For multinational companies with a branch, office, or affiliate in the United States, there’s simply no better way to transfer your employees to the U.S. than through the useful L-1 visa. Although this visa allows executives, managers, and specialized employees to work in the U.S. for several years, you may need to file for an extension. If that extension is denied and your visa is about to expire, you may want to know if there is an L-1 grace period to help smooth the transition.
L-1 Visa Background
The L-1 visa is an intracompany transfer visa that allows multinational companies with offices or affiliates in the U.S. to send high-ranking employees to the country. Those employees must be either:
- Managers: you must be in charge of several other employees and oversee their day-to-day activities.
- Executives: you must wield a substantial amount of decision-making power in the company without supervision from superiors.
- Employees with specialized knowledge: you must have knowledge that makes you indispensable to the operations of the company’s branch or affiliate in the U.S.
Initially, the L-1 visa is granted with a validity period of three years. For managers and executives under the L-1A visa, this can be extended to seven years. For specialized employees, who would possess the L-1B visa, the validity period can only be extended to a maximum of five years.
These maximum dates have no exceptions. So if your goal is to stay in the U.S. beyond the allotted maximum, then you will need to either obtain a new L-1 visa or transfer your status to a new visa like the H-1B.
If, however, you are nearing your L-1 visa expiration date or your extension petition has been denied, you will need to take action quickly in order to avoid being considered “out of status”. In situations like these, it is always important to consult a qualified immigration attorney before making any decisions.
Why Was My L-1 Visa Extension Denied?
If you petitioned to have your L-1 visa extended from the initial three years to it’s five or seven-year maximum, your position and your qualifications for that position will be re-analyzed by the USCIS. If you have not maintained the requirements for L-1 status, you may find that your extension gets denied.
Some common reasons for denial are:
- Your job has changed within the company and no longer qualifies as a managerial, executive, or specialized position.
- Your job has changed and while the position still meets the requirements, you are no longer qualified for the position due to your relevant experience or educational background. For example, if Dave entered the U.S. as an IT manager, but was promoted to senior productions manager, he may not be qualified for the position.
- You have committed a crime while in the United States or have otherwise jeopardized your immigration status.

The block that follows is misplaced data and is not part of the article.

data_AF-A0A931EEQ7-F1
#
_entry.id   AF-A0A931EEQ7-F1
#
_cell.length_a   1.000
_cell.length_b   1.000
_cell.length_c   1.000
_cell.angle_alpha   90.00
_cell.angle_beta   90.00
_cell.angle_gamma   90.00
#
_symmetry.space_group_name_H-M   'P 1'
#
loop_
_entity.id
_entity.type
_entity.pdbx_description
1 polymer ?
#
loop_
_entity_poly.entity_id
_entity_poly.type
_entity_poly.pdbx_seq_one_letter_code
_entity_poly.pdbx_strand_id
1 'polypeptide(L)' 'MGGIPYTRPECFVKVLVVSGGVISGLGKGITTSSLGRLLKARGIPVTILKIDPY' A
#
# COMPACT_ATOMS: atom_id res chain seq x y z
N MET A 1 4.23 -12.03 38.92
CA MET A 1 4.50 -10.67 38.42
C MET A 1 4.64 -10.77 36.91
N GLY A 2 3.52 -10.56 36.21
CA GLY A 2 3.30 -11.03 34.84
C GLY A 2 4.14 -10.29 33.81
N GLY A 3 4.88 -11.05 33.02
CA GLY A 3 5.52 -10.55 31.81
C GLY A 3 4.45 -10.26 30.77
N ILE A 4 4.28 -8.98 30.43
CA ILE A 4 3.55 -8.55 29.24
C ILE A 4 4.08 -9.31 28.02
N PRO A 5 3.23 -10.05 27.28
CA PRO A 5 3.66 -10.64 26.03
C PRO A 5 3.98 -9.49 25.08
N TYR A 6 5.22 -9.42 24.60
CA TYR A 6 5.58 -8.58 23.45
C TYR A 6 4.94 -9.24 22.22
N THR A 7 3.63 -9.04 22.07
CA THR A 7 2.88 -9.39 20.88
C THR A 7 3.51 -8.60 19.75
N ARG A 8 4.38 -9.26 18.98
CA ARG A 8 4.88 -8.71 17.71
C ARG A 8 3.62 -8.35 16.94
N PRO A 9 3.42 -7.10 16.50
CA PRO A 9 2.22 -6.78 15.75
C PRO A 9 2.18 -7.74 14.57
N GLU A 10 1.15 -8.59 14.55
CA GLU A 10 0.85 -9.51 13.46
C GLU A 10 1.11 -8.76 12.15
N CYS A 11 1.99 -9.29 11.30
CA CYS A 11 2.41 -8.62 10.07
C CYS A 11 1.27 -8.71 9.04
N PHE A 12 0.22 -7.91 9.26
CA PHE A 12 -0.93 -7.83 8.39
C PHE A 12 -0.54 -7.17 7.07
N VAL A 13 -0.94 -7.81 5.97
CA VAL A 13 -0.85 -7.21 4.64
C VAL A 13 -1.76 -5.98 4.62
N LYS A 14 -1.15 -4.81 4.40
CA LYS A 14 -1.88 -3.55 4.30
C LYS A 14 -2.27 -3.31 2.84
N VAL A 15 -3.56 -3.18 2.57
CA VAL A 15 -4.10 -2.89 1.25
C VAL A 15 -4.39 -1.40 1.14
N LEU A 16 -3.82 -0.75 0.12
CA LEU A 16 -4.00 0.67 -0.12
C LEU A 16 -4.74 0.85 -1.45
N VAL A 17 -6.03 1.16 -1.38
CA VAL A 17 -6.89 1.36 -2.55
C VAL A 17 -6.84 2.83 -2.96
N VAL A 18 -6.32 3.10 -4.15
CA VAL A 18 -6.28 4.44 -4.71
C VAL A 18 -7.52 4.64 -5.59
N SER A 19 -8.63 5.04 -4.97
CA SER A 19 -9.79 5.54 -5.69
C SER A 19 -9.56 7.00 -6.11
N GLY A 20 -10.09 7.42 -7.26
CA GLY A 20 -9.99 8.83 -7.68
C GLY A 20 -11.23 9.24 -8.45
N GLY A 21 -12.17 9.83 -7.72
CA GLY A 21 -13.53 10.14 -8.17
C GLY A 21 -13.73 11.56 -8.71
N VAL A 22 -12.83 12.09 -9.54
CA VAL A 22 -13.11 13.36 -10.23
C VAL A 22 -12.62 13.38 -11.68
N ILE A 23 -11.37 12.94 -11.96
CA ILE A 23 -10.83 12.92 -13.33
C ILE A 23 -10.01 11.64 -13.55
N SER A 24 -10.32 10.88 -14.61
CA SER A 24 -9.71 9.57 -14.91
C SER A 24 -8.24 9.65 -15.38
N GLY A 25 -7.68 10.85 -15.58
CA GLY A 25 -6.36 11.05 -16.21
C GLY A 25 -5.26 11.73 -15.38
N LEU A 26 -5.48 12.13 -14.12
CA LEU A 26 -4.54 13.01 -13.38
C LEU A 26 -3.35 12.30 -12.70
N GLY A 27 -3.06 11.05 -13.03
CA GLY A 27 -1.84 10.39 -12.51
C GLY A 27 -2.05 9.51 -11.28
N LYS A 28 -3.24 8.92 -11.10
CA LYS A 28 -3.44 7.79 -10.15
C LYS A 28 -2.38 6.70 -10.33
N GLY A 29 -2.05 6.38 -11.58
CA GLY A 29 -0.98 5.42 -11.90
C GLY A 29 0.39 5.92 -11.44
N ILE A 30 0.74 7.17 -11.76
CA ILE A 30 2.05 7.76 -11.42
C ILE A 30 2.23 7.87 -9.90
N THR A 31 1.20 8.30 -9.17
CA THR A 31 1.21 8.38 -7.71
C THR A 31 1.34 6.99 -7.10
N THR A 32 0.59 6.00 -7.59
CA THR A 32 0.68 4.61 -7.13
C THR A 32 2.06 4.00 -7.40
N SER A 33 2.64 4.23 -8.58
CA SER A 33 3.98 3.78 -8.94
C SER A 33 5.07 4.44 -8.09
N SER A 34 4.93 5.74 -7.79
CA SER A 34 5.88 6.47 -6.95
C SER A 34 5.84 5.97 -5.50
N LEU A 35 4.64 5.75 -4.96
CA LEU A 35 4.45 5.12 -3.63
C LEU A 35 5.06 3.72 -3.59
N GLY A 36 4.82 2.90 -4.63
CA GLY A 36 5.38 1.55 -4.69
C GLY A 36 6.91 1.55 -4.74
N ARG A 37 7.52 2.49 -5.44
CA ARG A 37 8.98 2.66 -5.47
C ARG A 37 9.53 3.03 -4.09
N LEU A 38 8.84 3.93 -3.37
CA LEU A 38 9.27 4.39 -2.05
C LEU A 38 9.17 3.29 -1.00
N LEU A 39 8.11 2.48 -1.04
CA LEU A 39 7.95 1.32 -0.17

- The USCIS suspects that your petition was filed in a fraudulent way.
Is There an L-1 Grace Period?
If your extension or transfer of status was denied or if your employment is terminated or otherwise ended, then you are likely hoping that there is an L-1 grace period to fall back on during the interim. However, this is not the case. There is no official regulation that allows for an L-1 grace period. Based on this, if you remain in the U.S. past the end of your visa validation period or employment termination date, you will be considered “out of status”.
However, that being said, while this strict rule is in place, it is not always put into practice. Your situation will depend on the USCIS officer that reviews your case. Generally, a 10-day L-1 grace period can be extended to visa holders who find their employment terminated or their extension denied. This can be used to wrap up affairs before leaving the country.
It is important to note that this is in no way a guarantee that you will not be prosecuted if you stay over your limit. The “L-1 grace period” is not official and will not protect you if an officer decides to look into your case. There have been plenty of cases where an individual was considered “out of status” and subsequently barred from future visits to the U.S. for a certain time due to overstaying their visa.
It all comes down to the departure date printed on your I-94. If that date passes and you are still in the U.S., then you are exposing yourself to the possibility of being temporarily barred. The myth of an L-1 grace period could cost your dearly.
Because this decision carries such heavy consequences, you should definitely work with an immigration attorney as soon as possible to determine which route is the best to take in lieu of an L-1 grace period.
What to Do If Your L-1 Visa Extension Has Been Denied or Has Expired
There are several things that you can do depending on your situation and qualifications. If your employer gives you advance notice of your employment termination or your extension was denied well before the end of your validation period, then you have time to retain an immigration lawyer and develop a solution.
Some people chose to find an employer to sponsor them for an employment-based green card such as an EB-1C for managers and executives or an EB-2 for advanced degree holders. Others decide to petition for a work visa such as the H-1B visa, which has a 60-day grace period that extends after employment termination.
- USCIS.gov. “L-1A Intracompany Transferee Executive or Manager”
- USCIS.gov. “USCIS Publishes Final Rule For Certain Employment-Based Immigrant and Nonimmigrant Visa Programs”
- USCIS.gov. “L-1B Intracompany Transferee Specialized Knowledge”
- CyrusMehta.com. “Analysis of the 60-Day Grace Period for Nonimmigrant Workers”